For the past few weeks and months we’ve been compiling the ideas, steps and struggles we’ve gone through trying to set up a new life across the pond in London. We thought it necessary to share our story in the hopes that it may give piece of mind and interest to others planning on doing the same. London’s a tough but exciting place to live, so let us know if any of the advice below is of any help!
Note: This is just how we went about things and is in no way a declaration of how things must be done, but more an offering of one (tried and tested) path to go about things.
We spent months beforehand orchestrating our move and the sequence in which we were going to do it. So here are our steps for you – organised chronologically from top to bottom:
Stay with a friend or use Airbnb
This is absolutely crucial as a base address is worth it’s weight in gold. If moving to London and staying with friends/family, you can easily use their address when setting up the basics and then change details at a later date when you are settled in your own home. If you are coming over and don’t have anyone to offer hospitality for you, Airbnb could be a great option.
For those unacquainted with the website, check it out. For those who are, if you choose to use the service you may be able to work out with the homeowner to use their address as your current address for setting up things like a bank, a phone/sim and your National Insurance (NI) number. What’s even better, you can simply rent a room in your host’s premises, or the flat/house entirely!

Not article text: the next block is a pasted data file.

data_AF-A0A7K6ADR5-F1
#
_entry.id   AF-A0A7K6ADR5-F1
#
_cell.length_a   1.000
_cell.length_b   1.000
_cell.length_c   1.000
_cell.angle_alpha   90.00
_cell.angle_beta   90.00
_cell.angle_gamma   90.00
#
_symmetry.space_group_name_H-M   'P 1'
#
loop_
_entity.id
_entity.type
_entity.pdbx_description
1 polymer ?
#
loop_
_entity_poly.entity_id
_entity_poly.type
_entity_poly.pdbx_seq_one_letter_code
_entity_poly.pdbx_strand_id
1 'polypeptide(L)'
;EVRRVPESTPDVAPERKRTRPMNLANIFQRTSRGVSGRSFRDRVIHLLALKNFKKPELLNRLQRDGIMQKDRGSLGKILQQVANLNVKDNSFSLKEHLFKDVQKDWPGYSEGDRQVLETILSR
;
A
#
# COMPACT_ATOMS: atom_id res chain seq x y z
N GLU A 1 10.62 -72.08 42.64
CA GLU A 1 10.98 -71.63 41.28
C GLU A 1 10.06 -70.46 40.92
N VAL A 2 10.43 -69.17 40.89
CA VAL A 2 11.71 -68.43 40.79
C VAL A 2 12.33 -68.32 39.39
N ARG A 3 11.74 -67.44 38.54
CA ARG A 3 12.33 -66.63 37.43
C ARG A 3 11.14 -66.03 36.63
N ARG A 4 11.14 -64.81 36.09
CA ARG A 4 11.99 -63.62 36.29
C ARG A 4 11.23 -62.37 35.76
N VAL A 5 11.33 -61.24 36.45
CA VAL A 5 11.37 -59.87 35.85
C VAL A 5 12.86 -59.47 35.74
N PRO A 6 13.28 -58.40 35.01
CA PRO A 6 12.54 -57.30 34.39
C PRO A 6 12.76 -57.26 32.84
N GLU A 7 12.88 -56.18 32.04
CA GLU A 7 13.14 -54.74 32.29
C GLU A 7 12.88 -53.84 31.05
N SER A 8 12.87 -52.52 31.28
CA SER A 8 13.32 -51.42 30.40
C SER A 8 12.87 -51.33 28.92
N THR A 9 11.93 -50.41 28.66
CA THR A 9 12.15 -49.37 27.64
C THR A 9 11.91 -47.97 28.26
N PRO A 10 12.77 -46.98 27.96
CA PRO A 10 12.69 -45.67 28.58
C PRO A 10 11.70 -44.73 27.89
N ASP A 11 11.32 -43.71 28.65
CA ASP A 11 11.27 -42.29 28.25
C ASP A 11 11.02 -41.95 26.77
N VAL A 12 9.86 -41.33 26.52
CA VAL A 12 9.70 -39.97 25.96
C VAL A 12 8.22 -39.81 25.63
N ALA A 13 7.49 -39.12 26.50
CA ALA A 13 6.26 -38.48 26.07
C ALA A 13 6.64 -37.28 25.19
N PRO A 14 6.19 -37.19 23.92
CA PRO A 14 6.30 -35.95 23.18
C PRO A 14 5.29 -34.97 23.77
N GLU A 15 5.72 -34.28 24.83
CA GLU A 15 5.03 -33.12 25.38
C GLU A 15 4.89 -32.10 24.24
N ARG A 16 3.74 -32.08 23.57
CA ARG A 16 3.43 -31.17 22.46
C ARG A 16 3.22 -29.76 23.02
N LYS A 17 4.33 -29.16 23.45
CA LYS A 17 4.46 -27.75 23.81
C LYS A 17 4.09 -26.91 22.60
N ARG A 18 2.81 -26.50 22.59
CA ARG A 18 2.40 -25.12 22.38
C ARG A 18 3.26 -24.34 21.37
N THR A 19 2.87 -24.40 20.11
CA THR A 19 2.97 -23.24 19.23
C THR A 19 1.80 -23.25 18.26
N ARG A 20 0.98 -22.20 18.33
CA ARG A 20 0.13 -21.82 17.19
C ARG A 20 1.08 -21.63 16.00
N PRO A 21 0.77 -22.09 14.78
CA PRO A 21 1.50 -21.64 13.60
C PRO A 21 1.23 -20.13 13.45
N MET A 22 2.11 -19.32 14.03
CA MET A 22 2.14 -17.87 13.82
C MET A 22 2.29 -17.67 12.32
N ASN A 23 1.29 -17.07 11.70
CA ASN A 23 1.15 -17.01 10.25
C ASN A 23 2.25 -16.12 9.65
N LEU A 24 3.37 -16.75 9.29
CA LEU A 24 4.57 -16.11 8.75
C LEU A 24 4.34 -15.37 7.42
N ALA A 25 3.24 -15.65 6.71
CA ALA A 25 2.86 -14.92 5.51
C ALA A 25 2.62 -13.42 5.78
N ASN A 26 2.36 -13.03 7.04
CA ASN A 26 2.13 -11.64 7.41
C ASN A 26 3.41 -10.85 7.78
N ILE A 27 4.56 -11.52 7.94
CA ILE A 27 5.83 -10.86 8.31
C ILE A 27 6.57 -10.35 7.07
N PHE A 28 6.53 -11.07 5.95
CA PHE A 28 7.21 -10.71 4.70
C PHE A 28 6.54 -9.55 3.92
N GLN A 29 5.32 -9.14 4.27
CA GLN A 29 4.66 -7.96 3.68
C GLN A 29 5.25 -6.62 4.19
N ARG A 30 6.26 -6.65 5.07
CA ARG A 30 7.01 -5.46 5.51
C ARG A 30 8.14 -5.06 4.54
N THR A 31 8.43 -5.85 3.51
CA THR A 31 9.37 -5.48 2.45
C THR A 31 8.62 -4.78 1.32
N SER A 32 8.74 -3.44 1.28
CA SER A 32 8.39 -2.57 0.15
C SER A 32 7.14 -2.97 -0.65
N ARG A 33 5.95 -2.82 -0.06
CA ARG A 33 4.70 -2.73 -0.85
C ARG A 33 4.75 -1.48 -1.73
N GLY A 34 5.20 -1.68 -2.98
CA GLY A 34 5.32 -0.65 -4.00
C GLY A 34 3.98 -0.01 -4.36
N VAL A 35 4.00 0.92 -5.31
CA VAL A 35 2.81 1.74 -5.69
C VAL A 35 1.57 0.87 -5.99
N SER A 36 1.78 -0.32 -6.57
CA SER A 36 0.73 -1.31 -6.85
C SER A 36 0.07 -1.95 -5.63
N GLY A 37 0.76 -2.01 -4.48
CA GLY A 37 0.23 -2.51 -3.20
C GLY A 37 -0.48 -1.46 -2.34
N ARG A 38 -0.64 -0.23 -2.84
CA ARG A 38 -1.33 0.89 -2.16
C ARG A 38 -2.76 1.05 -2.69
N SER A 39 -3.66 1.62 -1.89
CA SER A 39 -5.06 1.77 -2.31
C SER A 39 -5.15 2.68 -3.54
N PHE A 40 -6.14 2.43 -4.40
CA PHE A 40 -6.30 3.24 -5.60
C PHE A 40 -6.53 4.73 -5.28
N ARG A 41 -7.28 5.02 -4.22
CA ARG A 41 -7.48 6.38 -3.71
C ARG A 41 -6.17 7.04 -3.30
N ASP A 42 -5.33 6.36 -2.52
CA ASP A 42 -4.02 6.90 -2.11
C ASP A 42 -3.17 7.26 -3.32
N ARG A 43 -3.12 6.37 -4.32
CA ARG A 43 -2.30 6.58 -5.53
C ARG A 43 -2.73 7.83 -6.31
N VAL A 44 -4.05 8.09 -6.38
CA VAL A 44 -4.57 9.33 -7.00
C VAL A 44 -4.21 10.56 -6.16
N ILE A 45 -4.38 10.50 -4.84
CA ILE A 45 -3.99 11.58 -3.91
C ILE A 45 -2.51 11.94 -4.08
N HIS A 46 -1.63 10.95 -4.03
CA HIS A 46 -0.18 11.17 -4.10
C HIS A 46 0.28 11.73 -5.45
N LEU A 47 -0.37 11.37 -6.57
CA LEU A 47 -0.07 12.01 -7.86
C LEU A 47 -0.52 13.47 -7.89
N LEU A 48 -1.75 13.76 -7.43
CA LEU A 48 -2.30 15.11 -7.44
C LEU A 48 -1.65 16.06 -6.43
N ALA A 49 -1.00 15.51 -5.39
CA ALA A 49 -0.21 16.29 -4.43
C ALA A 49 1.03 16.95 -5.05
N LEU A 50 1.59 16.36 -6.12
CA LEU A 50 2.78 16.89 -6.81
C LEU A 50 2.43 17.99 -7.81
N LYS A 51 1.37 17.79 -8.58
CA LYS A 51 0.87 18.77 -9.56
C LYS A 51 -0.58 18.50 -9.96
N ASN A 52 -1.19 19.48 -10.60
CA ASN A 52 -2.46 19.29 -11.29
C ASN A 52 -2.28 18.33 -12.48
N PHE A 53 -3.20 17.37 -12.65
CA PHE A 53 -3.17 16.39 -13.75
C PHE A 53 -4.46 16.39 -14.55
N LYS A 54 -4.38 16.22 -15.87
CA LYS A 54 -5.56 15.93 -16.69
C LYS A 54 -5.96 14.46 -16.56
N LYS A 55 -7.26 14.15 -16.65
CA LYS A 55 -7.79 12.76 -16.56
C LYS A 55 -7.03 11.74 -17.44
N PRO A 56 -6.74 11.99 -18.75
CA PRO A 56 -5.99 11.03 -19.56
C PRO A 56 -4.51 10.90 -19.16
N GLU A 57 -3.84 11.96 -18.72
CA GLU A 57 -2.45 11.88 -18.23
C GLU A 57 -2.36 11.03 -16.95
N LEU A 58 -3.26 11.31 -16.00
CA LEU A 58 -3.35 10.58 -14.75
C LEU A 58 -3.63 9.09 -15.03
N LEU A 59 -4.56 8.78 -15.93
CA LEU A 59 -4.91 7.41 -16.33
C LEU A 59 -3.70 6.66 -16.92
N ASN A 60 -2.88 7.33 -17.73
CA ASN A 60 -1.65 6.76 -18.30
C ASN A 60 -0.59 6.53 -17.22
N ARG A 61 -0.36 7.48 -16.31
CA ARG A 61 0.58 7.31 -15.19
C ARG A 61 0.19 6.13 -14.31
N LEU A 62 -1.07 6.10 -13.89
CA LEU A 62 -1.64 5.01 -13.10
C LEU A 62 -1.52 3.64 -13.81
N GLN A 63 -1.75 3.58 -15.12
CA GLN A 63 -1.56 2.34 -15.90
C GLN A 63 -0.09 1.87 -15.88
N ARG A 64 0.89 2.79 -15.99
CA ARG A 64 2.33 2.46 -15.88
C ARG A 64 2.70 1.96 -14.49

Lots of things will need to be posted to you or will require you to provide a post code. We cannot even fathom or imagine staying in a hotel or hostel and trying to set yourself up over here. It would be far more difficult.
Right off the plane, get an Oyster
The Oyster Card is the golden ticket. It’s cheaper than Pay As You Go rail, tube or bus fares and in a fast-moving city like London it’s standard across the board and ensures a quick, smooth movement through the transport system.
Get a one week or one month prepaid ‘season’ ticket for your desired zones at the Oyster machines in the tube station. You will most likely be flitting between zones, towns and sides of the Thames throughout your first week of moving to London – make sure you select a season ticket which will work for you in the zones you are going to operate in. The zone 1-3 season ticket is pretty much a ‘one size fits all’ in this situation, it’s about £35. This travel option will ensure you’re stress-free about transport and able to move around at a moment’s notice. You can even post a brand new Oyster card to yourself before you move!
In order to get a monthly ticket, and just in general to safeguard your balance and travel cards in the event of theft or loss, it’s a great idea to register your Oyster once settled. We found it quite difficult to do on the TFL site where it explains you can register an account. Confusingly, this is not an option. To register, you must physically present your card and the registration form (available in most stations) to a TFL ticket office and they will do it for you. It literally takes two seconds and it’s done! Our monthly (1-3) season ticket costs around £140 each.
Organise your gameplan